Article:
A decade after Microsoft‘s Tablet PC failed to gain traction Apple introduced the iPad on 27 January 2010 to positive if muted response from the general and technical press.
Initial derision over the choice of name was coupled with concern from tech geeks that it was an overpriced and underpowered computer tablet. However, despite lacking technologies such as mini-USB, a memory card expansion slot, direct printing, a camera, and flash support the iPad received overwhelmingly positive consumer response.
In under a year the iPad now ranks as the fourth largest consumer electronics device behind TVs, smartphones and notebooks and may be the fastest selling consumer electronic device ever. It contributed to Apple’s shares surging over $300; after near collapse in the late ‘90s the company is now one of the most valuable in the US.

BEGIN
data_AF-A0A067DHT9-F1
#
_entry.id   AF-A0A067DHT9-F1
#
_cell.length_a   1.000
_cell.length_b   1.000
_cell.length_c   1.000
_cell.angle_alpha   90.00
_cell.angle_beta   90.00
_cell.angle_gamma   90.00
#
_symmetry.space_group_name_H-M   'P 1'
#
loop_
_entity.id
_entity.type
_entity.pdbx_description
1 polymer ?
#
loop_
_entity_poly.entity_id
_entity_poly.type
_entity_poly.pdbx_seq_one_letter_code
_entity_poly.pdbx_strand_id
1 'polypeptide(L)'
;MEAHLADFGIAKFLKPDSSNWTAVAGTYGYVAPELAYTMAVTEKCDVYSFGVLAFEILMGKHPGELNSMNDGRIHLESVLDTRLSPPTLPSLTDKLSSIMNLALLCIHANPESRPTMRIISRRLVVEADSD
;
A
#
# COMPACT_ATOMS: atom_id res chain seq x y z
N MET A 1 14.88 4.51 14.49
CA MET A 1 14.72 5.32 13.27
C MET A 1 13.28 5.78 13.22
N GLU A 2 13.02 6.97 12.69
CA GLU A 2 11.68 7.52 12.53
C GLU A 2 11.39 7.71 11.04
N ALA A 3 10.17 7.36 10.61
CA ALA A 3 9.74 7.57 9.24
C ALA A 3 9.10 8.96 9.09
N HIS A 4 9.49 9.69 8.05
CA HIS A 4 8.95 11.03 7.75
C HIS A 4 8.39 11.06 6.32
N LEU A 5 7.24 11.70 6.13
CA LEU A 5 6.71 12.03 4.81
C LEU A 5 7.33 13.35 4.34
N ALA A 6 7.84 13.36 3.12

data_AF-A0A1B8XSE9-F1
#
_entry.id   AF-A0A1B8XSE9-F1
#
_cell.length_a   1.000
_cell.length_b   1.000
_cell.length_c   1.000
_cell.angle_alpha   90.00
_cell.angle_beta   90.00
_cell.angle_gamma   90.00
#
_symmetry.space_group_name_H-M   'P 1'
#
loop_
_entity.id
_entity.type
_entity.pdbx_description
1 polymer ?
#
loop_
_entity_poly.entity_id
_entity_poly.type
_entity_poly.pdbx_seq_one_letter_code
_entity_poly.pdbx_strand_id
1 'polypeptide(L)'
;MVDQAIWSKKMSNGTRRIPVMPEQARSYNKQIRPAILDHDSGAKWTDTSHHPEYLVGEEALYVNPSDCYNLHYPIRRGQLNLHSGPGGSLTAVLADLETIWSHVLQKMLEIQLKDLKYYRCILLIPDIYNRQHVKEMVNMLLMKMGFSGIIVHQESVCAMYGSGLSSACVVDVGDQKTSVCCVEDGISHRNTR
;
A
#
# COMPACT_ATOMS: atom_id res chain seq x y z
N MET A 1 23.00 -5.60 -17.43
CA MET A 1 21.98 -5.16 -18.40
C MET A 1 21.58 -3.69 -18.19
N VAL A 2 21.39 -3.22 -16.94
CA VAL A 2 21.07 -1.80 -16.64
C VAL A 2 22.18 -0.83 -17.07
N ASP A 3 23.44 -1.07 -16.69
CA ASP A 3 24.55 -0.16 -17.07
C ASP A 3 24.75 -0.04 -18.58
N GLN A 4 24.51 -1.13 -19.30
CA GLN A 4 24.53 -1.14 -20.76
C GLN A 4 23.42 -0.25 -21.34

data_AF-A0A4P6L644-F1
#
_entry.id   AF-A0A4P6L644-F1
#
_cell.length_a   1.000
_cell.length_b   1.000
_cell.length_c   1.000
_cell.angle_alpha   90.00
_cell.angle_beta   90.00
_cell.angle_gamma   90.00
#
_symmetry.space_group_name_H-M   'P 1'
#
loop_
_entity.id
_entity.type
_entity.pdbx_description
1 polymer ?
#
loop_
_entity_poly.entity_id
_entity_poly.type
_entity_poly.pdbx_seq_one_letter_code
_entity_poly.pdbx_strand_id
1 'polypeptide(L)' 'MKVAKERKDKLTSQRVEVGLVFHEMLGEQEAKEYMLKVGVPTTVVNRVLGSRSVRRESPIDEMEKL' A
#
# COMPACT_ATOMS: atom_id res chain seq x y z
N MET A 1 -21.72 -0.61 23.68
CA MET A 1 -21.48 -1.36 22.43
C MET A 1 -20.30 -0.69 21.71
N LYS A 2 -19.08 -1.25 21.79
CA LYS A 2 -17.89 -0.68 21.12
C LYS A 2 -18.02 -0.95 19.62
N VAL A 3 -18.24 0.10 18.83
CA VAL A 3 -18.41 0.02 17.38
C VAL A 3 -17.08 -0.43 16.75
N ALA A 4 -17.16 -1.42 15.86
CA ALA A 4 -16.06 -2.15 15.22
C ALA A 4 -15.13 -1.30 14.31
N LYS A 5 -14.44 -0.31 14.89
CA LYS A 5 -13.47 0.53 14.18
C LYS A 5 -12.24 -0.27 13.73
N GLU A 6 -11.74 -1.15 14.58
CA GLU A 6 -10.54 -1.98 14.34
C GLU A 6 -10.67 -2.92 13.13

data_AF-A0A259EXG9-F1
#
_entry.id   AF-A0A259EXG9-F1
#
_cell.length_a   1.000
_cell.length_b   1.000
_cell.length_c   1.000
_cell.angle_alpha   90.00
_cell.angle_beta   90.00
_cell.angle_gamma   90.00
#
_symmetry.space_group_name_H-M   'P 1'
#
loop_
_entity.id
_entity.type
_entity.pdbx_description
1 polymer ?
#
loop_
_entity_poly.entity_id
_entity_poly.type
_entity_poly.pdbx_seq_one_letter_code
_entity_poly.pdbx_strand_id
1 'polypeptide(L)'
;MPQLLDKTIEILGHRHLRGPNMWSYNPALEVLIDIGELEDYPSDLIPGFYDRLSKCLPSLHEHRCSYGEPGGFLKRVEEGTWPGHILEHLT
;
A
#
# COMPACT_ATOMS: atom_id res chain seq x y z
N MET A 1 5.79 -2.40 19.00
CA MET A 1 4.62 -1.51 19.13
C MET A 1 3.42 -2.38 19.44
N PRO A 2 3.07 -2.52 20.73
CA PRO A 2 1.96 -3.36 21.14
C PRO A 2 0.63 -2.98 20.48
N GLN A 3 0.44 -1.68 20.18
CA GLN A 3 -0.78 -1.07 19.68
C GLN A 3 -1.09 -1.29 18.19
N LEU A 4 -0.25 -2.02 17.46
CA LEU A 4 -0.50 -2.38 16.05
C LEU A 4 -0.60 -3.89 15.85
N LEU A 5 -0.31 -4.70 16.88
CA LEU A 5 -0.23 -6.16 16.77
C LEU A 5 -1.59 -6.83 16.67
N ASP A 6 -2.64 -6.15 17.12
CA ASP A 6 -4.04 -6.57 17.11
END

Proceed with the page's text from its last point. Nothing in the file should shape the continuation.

Blowing past initial analysts’ estimates of 5 million iPads in the first year, Apple has sold 7.5MM iPads and is on track to sell around 12 million units worldwide in 2010 with estimated sales of over 36 million units in 2011. Now that Apple has opened up to Verizon these forecasts could go even higher. Apple’s biggest problem is not customer demand; it is keeping up with it.
The iPad is a unique hybrid device sitting somewhere ‘tween a laptop computer and a smartphone but one that is optimized for a “lean-back” content consumption. The customer appeal lies in simplicity of use. An intuitive touch interface, a stunning 9.7” screen, and great battery life together with easy access to the Internet, email, and 300,000 total applications (35,000 specifically optimized for the iPad) available via the iTunes store dazzles and delights potential customers. Those who have purchased the iPad rank it as the highest scoring product ever tracked by the American Consumer Satisfaction Index.